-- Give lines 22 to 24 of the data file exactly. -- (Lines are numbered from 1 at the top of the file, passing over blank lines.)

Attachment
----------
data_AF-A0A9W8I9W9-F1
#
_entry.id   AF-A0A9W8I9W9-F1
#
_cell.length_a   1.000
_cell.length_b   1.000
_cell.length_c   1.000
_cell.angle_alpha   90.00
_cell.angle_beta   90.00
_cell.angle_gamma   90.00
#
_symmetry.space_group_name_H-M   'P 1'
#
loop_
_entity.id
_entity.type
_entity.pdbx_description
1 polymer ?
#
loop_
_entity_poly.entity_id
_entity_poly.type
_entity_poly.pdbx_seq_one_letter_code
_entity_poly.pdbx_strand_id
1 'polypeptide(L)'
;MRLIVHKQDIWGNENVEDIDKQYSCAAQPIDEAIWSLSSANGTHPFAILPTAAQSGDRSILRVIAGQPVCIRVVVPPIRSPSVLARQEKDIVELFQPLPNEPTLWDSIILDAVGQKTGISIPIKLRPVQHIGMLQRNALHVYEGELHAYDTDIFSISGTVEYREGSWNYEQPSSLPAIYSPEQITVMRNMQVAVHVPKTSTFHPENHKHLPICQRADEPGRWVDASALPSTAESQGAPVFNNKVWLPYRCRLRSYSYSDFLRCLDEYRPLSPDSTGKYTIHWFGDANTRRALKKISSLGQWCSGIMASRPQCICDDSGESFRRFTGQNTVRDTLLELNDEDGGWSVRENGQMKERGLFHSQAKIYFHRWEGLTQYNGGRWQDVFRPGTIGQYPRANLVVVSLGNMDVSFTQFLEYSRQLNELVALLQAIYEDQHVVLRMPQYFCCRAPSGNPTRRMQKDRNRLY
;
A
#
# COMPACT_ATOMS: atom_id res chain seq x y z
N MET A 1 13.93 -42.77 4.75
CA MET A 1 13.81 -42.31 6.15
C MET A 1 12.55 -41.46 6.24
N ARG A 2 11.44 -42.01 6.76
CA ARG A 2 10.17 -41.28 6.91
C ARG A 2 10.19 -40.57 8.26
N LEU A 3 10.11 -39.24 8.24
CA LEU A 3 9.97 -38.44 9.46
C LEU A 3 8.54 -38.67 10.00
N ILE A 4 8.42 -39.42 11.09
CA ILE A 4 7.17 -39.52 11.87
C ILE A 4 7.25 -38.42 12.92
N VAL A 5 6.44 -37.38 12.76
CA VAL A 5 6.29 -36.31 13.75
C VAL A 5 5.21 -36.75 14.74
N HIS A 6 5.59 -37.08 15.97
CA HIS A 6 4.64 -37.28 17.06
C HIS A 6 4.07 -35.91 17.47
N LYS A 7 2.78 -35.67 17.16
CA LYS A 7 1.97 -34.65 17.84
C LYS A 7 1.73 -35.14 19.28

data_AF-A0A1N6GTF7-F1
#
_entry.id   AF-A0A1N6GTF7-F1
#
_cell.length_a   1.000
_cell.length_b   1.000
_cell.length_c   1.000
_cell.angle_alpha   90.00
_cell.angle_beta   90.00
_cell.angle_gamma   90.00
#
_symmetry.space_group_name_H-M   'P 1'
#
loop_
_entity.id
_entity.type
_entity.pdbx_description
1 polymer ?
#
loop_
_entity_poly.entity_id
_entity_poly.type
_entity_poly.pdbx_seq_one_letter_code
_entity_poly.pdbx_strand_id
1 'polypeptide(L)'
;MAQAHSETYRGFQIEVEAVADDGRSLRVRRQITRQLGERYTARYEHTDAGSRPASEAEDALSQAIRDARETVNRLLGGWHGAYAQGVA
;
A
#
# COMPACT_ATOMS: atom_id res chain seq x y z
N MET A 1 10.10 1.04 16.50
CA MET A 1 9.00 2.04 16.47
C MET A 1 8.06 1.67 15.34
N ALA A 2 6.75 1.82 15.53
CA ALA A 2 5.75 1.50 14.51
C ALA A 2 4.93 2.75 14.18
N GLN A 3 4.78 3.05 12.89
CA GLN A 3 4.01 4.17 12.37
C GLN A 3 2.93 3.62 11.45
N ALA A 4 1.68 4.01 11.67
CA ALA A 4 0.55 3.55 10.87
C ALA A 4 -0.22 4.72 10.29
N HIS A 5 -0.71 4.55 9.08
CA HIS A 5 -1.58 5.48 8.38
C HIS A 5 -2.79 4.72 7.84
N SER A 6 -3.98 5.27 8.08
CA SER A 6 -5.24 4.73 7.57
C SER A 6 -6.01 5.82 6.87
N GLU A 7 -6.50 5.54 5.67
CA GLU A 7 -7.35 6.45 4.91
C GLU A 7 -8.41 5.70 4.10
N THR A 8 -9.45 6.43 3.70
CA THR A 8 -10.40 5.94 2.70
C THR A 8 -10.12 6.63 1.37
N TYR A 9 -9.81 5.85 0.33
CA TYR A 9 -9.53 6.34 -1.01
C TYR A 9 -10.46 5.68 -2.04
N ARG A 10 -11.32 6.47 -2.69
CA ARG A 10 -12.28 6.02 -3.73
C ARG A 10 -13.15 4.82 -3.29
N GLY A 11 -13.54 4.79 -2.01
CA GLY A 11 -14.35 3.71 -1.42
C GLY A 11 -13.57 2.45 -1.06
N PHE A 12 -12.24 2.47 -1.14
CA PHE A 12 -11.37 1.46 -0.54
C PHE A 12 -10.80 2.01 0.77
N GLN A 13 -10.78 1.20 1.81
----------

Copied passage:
_entity_poly.type
_entity_poly.pdbx_seq_one_letter_code
_entity_poly.pdbx_strand_id